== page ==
Jeff: I think it would accelerate the ability to get those ideas out there for more people to understand them. And by that, I think a lot of people have to warm up to the idea of what Ugmonk is. Why is the price point what it is? Why would I need this thing in my life? It doesn’t always click with people. So it’s a longer path to be like, I’m a stay-at-home mom. I don’t need this product. But imagine if we could have a testimonial of a stay-at-home mom, how she’s using Analog to help bring some calm to the chaos at the house. I think that would accelerate the idea so that more people would be able to understand the thought of, “Do I fit with this brand or is this just some aesthetic brand for designers?” And I don’t want it to be seen as that because I do think there’s power in products that can help people of all walks of life — especially with the products I’ve been releasing over the last couple of years.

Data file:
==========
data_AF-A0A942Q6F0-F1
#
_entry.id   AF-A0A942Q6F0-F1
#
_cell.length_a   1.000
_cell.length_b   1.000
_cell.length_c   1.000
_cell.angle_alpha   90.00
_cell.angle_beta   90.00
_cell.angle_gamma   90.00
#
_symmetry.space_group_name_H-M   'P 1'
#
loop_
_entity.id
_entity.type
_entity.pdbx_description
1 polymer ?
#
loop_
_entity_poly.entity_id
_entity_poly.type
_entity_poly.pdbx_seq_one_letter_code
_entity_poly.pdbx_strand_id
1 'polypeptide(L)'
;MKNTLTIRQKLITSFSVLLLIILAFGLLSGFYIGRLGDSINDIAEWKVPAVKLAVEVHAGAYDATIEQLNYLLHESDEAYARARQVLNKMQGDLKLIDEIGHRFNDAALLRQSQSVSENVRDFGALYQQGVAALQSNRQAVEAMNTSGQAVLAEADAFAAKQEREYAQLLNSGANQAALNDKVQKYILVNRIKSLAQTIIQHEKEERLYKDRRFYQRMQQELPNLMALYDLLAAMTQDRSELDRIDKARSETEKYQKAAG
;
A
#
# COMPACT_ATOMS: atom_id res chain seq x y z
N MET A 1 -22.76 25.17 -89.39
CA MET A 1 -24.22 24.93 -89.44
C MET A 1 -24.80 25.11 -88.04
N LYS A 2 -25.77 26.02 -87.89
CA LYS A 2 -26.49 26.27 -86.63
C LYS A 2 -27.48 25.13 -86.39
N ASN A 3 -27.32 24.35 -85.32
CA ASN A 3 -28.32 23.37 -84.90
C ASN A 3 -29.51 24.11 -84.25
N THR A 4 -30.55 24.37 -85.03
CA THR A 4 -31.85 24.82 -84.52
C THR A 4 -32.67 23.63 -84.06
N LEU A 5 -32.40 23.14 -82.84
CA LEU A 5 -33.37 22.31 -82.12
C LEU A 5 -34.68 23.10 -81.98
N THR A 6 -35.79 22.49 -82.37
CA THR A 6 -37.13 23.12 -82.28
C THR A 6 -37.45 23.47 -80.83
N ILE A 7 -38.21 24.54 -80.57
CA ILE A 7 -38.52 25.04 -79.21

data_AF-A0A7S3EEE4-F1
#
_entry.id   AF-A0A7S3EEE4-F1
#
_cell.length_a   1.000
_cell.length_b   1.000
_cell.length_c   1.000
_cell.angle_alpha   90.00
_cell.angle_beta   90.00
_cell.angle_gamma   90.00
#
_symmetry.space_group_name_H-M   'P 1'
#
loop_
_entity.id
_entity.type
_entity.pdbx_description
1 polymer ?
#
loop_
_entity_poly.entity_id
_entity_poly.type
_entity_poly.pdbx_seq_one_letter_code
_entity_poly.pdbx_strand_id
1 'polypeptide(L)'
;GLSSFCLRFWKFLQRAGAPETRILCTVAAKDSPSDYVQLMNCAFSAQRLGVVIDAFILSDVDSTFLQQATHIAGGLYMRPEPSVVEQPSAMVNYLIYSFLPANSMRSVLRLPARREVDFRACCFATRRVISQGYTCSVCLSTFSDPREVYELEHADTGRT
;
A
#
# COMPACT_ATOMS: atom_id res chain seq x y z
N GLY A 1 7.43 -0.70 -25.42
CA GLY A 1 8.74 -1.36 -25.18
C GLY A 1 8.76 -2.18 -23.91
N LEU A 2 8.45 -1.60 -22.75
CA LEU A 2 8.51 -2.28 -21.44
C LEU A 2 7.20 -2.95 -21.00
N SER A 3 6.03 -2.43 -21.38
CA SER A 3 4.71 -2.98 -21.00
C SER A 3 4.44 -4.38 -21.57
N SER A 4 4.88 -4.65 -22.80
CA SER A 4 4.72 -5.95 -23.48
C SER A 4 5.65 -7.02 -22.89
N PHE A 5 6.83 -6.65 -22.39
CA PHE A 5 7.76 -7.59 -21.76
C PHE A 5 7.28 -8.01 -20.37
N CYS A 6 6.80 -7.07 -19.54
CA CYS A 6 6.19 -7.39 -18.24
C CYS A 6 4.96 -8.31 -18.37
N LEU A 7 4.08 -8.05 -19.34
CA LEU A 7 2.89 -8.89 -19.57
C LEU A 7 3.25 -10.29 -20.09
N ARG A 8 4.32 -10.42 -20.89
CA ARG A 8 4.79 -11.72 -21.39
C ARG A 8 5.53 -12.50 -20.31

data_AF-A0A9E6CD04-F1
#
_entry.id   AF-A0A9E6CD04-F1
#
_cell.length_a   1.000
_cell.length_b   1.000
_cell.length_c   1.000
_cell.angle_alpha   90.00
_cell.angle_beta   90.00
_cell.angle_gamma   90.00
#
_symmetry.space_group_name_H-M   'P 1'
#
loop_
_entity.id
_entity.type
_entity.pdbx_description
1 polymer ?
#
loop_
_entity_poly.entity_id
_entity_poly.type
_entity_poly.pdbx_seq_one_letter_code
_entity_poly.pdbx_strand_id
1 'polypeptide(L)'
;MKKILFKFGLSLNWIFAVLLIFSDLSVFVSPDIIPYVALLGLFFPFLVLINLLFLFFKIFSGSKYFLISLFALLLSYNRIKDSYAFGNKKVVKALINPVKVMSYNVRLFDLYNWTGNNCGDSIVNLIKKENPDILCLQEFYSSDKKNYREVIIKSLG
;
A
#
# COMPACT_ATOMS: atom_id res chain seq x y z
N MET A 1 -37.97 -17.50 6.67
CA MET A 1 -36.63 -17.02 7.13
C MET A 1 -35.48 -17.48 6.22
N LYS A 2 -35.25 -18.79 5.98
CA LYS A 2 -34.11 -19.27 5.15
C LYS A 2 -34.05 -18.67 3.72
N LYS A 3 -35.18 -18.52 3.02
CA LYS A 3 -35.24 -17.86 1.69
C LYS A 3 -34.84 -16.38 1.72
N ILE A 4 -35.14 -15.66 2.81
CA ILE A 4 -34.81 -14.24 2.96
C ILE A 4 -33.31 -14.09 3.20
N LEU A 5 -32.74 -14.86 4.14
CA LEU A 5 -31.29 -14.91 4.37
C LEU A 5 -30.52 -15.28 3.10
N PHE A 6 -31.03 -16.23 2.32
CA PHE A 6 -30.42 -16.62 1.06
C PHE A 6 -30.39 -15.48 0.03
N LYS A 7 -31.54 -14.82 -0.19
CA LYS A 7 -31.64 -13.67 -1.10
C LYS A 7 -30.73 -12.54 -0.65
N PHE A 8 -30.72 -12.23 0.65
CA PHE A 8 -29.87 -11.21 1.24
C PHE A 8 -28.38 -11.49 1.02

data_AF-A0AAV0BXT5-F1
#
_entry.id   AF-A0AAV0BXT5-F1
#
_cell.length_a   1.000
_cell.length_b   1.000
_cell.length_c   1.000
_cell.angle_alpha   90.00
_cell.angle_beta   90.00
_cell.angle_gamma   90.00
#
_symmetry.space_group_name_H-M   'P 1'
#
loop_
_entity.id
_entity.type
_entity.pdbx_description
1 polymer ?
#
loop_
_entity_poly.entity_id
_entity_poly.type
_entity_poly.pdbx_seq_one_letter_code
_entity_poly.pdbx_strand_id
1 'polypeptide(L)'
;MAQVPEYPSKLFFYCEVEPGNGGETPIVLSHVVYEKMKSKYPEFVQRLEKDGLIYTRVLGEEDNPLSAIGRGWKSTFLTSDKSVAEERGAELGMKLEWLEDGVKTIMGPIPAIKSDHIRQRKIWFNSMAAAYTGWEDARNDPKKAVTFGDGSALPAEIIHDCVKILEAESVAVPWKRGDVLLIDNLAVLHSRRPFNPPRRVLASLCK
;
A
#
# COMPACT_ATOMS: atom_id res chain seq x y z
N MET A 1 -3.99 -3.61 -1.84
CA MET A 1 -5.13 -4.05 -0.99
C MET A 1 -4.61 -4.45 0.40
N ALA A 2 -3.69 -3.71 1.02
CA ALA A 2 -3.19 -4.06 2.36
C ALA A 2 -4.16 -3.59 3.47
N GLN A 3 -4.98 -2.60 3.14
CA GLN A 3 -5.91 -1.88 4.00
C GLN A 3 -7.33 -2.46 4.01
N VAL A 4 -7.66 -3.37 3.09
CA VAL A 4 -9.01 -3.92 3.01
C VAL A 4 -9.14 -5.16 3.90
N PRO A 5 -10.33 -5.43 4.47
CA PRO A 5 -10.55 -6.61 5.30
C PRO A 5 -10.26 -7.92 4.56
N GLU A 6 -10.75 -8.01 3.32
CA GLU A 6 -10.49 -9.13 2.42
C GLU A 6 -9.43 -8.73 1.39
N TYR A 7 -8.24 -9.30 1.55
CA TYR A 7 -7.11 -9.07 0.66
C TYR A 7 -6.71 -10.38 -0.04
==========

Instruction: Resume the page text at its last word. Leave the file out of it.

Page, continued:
It’s never going to be the most affordable and cheapest version. You can always go get a pack of sticky notes cheaper than you can buy our product, but the people who are looking to level up in their life, they want something they’re going to actually use that’s going to help them. I think we could help tell those stories and bring more people into the community more than a Facebook ad is going to just catch your eye. You buy something, it sits on your shelf, you’re not sure what to do with it. There’s a disconnect between buying and actually using a product.

Scaling slowly to maintain the best of being small